I recently wrote about a great chemical engineering course offered at Stanford that teaches students about the science of art materials. This year, as a course requirement, students were asked to propose ideas for an exhibition that involved concepts from the class. Of the 15 student proposals, True Colors was chosen by the staff at Cantor Arts Center to be installed in the Gibbons gallery in March 2011. This exhibition will be funded in part by the Stanford Initiative for Creativity in the Arts (SiCa).
True Colors is an exhibition about polychromy in ancient Greek sculpture. Although we commonly think of stark white marble sculptures of Greek gods and goddesses as a signature of ancient Greek culture, these color-free statues were not the artists’ original intent. Before thousands of years of weathering and “cleaning,” these sculptures were brightly painted, almost garishly so. Scholars like archaeologist Dr. Vinzenz Brinkmann have been actively trying to correct the public’s misperception of ancient Greek sculpture. He has put together exhibitions at several museums in Europe and the U. S. that juxtapose original Greek statuary with painted replicas. The paint on the replicas is based on chemical analysis of trace amounts of paint discovered on the originals. When it came time to propose an exhibition for class that would creatively blend concepts in art and chemistry, the polychromy of ancient Greek sculpture was a great topic to choose.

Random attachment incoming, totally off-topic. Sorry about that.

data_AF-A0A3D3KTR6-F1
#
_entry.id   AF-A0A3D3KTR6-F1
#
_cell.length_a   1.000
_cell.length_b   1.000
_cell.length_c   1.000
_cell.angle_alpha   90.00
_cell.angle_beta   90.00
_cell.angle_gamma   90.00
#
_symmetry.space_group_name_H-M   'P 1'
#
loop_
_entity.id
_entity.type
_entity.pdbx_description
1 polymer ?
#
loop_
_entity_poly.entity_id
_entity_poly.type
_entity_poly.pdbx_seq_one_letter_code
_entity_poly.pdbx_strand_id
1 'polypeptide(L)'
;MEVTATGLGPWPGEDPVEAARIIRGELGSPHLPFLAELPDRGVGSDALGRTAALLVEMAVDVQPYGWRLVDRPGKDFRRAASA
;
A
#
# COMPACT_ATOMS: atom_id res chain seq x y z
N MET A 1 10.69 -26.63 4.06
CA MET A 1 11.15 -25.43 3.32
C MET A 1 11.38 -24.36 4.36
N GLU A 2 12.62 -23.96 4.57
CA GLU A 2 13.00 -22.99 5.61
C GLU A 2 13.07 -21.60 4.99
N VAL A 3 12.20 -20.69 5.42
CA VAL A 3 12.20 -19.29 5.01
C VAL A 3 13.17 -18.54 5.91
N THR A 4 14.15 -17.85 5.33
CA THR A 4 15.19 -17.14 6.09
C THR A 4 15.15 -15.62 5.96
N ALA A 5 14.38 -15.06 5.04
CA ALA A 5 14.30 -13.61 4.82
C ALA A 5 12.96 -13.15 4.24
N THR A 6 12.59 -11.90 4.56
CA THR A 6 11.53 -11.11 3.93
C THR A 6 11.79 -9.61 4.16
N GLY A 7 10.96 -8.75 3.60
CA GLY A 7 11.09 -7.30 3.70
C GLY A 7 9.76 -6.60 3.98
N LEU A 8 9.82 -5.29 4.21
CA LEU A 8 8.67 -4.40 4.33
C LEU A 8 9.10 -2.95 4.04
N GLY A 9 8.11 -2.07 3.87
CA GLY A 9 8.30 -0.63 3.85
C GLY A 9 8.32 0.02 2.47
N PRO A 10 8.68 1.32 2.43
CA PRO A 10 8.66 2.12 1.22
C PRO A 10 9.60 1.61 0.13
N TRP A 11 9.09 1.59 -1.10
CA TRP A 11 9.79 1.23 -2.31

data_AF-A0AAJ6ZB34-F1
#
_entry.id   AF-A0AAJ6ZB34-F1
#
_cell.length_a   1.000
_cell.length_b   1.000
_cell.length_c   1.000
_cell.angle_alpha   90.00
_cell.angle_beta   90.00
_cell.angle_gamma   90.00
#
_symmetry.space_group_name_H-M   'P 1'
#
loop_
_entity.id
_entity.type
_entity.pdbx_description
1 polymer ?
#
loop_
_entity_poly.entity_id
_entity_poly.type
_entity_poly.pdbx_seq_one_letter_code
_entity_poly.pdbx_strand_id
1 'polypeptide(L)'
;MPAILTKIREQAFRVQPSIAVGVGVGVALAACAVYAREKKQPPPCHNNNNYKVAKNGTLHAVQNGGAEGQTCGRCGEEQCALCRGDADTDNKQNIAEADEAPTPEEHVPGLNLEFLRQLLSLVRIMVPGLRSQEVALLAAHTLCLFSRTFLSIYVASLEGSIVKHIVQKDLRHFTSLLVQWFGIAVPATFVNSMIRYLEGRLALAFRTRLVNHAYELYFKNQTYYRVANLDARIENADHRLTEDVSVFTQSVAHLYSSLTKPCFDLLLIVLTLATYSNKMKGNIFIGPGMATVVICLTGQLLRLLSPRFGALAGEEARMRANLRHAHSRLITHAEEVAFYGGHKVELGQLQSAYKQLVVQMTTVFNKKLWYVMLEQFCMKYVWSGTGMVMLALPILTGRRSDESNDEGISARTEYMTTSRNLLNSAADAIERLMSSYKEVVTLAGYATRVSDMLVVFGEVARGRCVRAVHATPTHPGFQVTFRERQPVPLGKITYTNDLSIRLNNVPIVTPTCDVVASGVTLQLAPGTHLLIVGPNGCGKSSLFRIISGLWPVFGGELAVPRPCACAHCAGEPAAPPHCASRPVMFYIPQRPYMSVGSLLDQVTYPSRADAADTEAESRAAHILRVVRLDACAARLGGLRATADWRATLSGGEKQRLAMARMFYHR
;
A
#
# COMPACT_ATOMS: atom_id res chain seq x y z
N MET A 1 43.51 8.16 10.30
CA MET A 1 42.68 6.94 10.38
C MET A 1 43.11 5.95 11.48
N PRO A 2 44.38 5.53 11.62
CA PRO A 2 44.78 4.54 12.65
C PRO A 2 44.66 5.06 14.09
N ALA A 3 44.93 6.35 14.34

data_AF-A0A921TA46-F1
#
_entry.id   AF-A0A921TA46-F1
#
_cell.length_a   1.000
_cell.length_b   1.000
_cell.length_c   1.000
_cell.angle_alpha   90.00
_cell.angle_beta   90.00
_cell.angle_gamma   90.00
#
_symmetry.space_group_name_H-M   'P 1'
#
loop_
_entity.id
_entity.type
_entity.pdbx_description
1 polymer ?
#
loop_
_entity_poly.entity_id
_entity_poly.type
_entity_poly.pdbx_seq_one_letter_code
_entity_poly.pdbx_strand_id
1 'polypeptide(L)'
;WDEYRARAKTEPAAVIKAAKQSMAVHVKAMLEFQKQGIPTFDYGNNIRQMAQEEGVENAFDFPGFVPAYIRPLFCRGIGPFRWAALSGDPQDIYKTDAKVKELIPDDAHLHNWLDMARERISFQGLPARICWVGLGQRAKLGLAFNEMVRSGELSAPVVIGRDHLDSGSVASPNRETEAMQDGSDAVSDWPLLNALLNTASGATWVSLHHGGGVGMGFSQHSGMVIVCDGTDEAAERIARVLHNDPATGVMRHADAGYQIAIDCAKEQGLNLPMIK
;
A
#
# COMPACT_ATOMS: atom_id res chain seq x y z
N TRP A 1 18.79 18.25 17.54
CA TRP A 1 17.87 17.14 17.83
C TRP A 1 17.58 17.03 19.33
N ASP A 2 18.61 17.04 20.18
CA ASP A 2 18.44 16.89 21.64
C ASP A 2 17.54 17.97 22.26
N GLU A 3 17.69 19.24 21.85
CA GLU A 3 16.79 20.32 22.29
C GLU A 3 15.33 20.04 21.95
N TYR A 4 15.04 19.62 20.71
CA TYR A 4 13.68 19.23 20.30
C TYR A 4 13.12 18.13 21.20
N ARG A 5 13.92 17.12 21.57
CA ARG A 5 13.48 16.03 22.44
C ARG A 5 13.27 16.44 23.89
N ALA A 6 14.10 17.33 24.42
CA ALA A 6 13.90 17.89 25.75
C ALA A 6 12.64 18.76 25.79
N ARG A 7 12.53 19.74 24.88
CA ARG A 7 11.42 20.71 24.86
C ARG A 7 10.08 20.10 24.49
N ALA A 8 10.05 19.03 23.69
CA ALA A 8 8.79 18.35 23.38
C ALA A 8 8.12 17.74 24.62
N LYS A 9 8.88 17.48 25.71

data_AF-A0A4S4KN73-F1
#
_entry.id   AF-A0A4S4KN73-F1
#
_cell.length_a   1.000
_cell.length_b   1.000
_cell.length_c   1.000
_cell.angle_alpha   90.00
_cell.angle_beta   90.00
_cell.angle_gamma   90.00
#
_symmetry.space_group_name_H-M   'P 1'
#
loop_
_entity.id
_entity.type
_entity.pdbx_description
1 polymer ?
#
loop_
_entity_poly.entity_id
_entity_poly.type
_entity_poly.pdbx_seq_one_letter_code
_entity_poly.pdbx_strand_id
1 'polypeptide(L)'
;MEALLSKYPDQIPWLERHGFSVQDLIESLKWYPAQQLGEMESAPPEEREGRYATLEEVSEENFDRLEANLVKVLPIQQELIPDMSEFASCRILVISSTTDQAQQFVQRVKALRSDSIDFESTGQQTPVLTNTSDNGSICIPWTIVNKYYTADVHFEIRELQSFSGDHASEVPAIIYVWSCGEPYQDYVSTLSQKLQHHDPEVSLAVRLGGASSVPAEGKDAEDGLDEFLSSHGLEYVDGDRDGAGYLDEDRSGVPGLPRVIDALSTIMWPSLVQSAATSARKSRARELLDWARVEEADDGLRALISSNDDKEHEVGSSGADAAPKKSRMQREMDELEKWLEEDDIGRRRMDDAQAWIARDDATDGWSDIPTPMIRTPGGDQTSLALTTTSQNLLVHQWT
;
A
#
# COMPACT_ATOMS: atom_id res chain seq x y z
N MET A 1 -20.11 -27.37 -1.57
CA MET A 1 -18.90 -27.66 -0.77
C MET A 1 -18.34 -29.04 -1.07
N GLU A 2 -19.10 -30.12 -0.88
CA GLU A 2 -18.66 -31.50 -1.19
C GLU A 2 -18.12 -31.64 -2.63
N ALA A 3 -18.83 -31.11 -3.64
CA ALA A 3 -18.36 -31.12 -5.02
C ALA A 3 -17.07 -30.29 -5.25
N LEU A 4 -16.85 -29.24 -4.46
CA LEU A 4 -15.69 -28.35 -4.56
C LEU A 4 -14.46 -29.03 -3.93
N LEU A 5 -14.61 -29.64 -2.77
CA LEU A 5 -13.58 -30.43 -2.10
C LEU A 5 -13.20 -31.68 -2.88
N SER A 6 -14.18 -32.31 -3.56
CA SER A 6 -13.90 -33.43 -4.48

One of the authors of the winning proposal, Ivy, is spending her summer preparing for the exhibition. Ivy just finished her freshman year at Stanford and is pursuing a degree in chemical engineering. Her chemistry background will come in handy as she attempts to analyze a Greek sculpture from the Cantor Arts Center’s collection for traces of pigments. She plans to conduct this analysis on campus with the help and expertise found in various scientific departments. After she has identified some of the original colors of the sculpture, she will use a 3D scanner to create a 3D CAD file of the sculpture. This will allow her to use rapid prototyping to create two replicas. The first replica she will paint with the pigments she identified on the original. Because the pigments she finds will likely be insufficient to provide enough pigment data to paint the whole sculpture, a second replica will be painted based on an educated guess of what the original work looked like. Ivy has an exciting summer ahead of her and will be making some of her own posts about her progress.